“Going to the pool or lake was never my idea of fun,” said Rosie. “However, I have always had a desire to learn to swim. I tried to learn when my kids were little, but the instructor told us to jump in the deep end during the first lesson to tread water. I said ‘nope’ and never went back.” 

In January 2017, after the news from the doctor, she tried again. She enrolled in adult swim lessons and found Christine, a swim instructor at the Northeast Family Y.  

“She was patient, never laughed at me, and made me feel comfortable in the water,” said Rosie. “Christine got me to swim a lap doing freestyle. I felt higher than a kite when I swam that first lap. Our instructor was our cheerleader.” 

After she finished the session, she thought, “now what?” The instructor told them to continue to build stamina and work on doing more laps. The goal was up and down seven times. “I remember that it took me 25 minutes to get six laps. It was excruciatingly hard.”

Even though she was swimming, the fear was still sitting in the back of her mind. 

“I always swim next to the wall – just in case I need to hold on,” said Rosie.

Rosie persevered and took on her fear. She now swims four to five days a week and has logged nearly 150 miles since 2017! She is up to 22 laps in 50 minutes.

“I’m proud of what I have accomplished, but to this day, I still dislike the water,” said Rosie.

Rosie believes she was finally able to conquer her fear this time because her motivation changed. It became a necessity for her health. 

Rosie also transitioned from Y member to staff member. She overheard a woman saying the Y was looking for aqua fitness instructors. She inquired and started teaching deep-water exercise in September 2017.

“I wasn’t looking for this opportunity. I’m so blessed,” said Rosie. “I realized that I missed out on so much fun with my kids. I hope I can encourage someone else with my story, so they can maybe take this step, too. To GOD be the Glory.”

We were so impressed with Rosie’s story. She only learned to swim two years ago. Rosie said she is thankful for the Y, Christine and her fellow aqua fitness instructors.

“I’m never in a bad mood when I leave the Y. It is filled with nice people. Everyone is taking care of themselves and doing something positive – it feels good to be a part of that.”

Rosie, we’ll be here cheering for you when you hit that 150-mile mark. Way to go!

Debbie has been on quite a journey this past decade that she loves to share with anyone she can. Eight and a half years ago Debbie weighed 280 pounds. She is seen above in the black dress on the left.

“My life was out of control - physically, financially and mentally,” recalls Debbie.

She remembers meeting a person of faith who inspired her to make a change. 

“I wanted to make my life and my daughter’s life better and stop the chaos and insanity of my life. I knew I needed to make exercise a priority in my life and that was hard.”

Debbie says she had struggled with weight for a majority of her life. She had even paid for a YMCA membership for six years without using it. She changed that. She started coming two to three times a week. It took her between six to nine months to build the routine and create the habit.

“There were days I just did not want to go and had to force myself to go. I started on the treadmill for 35 minutes. After four months, I tried the Elyptical trainer and almost died. I wasn’t ready and needed to step up my routine.”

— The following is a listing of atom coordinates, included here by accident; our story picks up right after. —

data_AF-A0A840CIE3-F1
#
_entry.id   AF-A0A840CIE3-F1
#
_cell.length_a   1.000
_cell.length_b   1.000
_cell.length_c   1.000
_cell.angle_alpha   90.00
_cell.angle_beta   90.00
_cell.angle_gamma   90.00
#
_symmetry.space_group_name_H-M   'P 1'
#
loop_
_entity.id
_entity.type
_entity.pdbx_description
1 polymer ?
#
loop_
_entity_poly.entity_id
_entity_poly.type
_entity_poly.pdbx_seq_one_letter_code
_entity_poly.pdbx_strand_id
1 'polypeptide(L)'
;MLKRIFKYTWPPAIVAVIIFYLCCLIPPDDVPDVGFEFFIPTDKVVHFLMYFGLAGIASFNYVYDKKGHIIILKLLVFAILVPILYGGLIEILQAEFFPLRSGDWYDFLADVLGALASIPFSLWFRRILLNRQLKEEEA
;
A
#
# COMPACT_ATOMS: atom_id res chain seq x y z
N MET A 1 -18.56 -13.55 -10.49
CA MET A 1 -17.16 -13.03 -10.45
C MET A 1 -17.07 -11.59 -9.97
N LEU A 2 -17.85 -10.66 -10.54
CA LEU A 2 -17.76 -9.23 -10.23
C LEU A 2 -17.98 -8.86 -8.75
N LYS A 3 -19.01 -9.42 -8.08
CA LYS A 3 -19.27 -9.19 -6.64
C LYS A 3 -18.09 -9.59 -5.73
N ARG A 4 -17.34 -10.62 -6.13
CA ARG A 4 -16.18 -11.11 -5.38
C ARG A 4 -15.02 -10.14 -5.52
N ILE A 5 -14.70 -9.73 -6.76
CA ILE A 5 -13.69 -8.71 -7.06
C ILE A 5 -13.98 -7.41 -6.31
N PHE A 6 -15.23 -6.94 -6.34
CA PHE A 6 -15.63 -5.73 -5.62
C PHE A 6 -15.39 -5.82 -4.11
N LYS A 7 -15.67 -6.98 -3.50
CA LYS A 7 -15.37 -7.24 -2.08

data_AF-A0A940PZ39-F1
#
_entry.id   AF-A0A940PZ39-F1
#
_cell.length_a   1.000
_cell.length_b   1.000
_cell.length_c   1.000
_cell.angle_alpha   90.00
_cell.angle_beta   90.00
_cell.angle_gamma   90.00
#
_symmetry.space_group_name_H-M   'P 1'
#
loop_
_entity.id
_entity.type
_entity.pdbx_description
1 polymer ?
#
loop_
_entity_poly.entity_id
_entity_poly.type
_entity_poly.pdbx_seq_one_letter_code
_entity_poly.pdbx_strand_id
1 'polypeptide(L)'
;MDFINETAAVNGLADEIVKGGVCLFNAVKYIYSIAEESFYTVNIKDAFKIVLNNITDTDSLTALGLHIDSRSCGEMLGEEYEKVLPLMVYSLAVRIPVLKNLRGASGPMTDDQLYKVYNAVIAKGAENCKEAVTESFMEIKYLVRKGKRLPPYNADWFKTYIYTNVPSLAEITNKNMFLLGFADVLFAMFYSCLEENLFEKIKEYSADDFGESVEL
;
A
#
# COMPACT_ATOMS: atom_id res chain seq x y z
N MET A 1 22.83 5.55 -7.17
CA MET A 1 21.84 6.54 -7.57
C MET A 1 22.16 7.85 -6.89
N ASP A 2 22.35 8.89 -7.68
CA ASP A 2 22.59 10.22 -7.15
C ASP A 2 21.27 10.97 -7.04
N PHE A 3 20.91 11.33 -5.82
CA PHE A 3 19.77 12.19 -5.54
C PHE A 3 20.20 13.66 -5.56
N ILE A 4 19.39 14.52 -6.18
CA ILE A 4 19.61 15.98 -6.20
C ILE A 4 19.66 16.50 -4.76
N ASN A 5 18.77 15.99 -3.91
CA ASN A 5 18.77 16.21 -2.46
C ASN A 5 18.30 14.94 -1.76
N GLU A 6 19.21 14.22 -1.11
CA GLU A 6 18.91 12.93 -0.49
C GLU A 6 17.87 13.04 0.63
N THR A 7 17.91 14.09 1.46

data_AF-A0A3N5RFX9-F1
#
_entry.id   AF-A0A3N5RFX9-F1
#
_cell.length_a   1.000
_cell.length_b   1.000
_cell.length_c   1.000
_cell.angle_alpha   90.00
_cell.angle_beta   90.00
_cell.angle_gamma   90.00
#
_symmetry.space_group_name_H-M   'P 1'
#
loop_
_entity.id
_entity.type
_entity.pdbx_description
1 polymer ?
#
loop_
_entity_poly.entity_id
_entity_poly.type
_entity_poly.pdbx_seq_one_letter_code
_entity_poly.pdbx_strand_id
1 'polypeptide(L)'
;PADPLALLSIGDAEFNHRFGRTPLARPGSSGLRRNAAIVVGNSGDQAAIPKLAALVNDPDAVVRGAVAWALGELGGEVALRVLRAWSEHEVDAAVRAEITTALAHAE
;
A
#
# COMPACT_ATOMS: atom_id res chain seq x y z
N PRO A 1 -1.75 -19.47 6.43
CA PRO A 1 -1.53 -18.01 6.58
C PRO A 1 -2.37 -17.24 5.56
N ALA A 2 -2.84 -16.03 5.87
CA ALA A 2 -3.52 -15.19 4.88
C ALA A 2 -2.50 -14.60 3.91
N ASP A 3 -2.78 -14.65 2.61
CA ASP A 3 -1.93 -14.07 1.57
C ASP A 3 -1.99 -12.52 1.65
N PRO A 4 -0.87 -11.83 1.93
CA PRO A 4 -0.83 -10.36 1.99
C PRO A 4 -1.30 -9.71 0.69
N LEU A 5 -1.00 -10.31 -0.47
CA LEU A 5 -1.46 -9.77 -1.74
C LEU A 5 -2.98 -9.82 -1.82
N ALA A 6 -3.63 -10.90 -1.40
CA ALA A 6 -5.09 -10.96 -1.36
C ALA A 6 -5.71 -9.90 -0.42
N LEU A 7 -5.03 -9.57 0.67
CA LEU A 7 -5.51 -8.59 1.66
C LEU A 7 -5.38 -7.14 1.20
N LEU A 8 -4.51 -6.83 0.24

She lost 30 pounds in six months without much of a diet change. She soon increased her visits to the Y and started eating healthier. By 2012, she was down 75 pounds. Her daughter started to join her at the Y and incorporated vegetarian cooking at home.

“By the end of 2012 I had lost 105 pound. I went from a size 26 to a size 12. I felt great and was happy.”

Debbie did fluctuate up and down in the years to follow, but her health has remained a priority. In 2014, she hired Cathy Everson, a personal trainer at the Y. She also started group exercise classes. She loves Body Pump, Body Combat, Hard Core Abs & More, Fit Camp and Barre. 

In all, Debbie lost 145 pounds! She loves sharing her transformation story and hopes it inspires others to take action.

“I want to show those who think that they cannot lose weight that they can. I know the struggles and what it takes. I can be a supporter and cheerleader.” 

Debbie does her best to keep herself motivated. 

“I say I NEVER want to go back to my old life. I was very close to financial ruin and bankruptcy besides being morbidly obese. I have found a deep faith and connection to God and Jesus and four years ago joined Central Christian Church. I give God all the credit for helping me make drastic changes to improve my life.”

Way to go, Debbie! Your Y family is proud of you and your journey. Keep up the great work!

14-year-old Seth G. recently accomplished a sought after milestone in TaeKwonDo – he was promoted to a black belt! Seth started learning and practicing TaeKwonDo four years ago with instructor Mr. Victor Fong at the Northeast Family YMCA.

TaeKwonDo means the art of kicking and punching. There are 10 ranks between white and black belts. Besides learning self-defense, the students also improve physical condition, flexibility and self-confidence.  

Seth says that TaeKwonDo has taught him perseverance and to be more disciplined. The dedication definitely paid off with this new accomplishment, but for Seth it came with mixed feelings.

“It was quite exciting, but not as much as I thought it would be. After how far I've come, it is more like a new step in training.” 

Mr. Fong, who has a second-degree black belt, enjoys teaching and watching his students progress through the ranks.

“Seth is a very dedicated and hard working student who seldom misses a class.  He is polite, has good manners and always has a positive attitude. I am proud of his accomplishments and progression towards a black belt in four years.”

So, what’s next?

“I will continue to learn. Not only will I keep practicing and learning new techniques to advance further in rank, but I will start learning how to teach as well.”

Seth now assists Mr. Fong with a beginner class and recommends it to anyone who is interested.